Thursday, 12 June 2014
Who would be crazier? The alcoholic? Or me, the person who picks one out, then complains they do alcoholic things, like drinking when they shouldn't and wreaking all kinds of havoc?
To be angry at an alcoholic for doing alcoholic things make no more sense than being angry at a dog for barking or a bee for stinging.
When I find myself complaining about the alcoholics in my life, I have to ask myself what I am protecting. Clearly, if I am not setting boundaries or getting the hell out of the situation, I must at some level be getting a kick out of it.
Sometimes I have stayed in deals with alcoholics because I am scared of being alone, scared of a boring life, scared I will have to admit I was wrong, or scared to admit I was powerless, preferring to flit between guilt and blame.
No, whenever I complain, I have to be honest with myself and say: what would the alternative be? And why have I chosen to remain exposed?
I started to get well when I realised that loving alcoholics gives the sober people around them a lot of power and the self-righteous kick of the victim and martyr. How important I was that this helpless loser would depend on me to clear up the mess! How brave, and strong, and wise, and competent I was, effective and efficient for the two of us, while he was passed out or drinking vodka mixed with fruit juice, because it's healthy, or snorting lines cut with a maxed-out card.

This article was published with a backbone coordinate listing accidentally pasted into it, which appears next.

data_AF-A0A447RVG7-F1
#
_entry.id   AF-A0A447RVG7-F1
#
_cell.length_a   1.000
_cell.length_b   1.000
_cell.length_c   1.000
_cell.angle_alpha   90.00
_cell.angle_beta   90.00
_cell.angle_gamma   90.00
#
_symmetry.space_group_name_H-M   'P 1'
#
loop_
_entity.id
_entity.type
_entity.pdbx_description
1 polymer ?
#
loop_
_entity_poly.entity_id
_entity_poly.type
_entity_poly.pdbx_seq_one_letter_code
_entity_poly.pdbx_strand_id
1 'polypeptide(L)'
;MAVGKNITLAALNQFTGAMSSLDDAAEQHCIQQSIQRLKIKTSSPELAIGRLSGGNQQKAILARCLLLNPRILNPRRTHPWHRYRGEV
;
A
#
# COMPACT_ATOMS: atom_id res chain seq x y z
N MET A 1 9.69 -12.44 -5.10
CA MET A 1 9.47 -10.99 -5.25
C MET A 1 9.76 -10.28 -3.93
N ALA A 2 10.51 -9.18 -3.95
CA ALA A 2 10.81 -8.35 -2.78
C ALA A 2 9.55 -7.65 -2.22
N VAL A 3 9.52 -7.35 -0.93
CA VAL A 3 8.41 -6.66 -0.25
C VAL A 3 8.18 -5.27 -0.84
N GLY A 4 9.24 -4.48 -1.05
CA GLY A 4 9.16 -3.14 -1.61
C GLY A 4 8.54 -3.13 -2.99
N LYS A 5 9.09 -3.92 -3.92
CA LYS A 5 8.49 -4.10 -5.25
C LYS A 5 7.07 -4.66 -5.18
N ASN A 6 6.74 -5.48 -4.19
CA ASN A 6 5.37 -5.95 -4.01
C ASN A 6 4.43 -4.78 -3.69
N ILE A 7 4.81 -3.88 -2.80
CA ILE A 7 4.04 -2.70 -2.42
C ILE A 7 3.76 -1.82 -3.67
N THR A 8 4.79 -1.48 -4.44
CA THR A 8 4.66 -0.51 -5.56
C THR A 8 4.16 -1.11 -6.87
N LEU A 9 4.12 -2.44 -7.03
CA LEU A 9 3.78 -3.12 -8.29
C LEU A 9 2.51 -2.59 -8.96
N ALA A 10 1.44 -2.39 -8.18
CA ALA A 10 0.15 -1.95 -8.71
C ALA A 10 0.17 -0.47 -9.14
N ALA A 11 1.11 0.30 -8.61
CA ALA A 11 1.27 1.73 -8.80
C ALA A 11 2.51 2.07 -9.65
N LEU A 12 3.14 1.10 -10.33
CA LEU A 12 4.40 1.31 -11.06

And all the while, I craved the excitement and sentiment that only alcoholics could provide.
The orphan with the big eyes and the broken wing; the promises and super-sized dreams; the fantasies of theirs that even I started to believe in.
As a friend of mine says, they are Halloween, Christmas, and Valentine's Day all rolled into one; turnip juice in a beautiful glass; their light shining just that little bit brighter than the boring, humdrum, 'normal' people that were the alternative.
I did not start to get well till I could start to admit I had as much of a problem as them: they need alcohol to feel alive; I needed an alcoholic. After all, why else would I invite them into my life, one after another?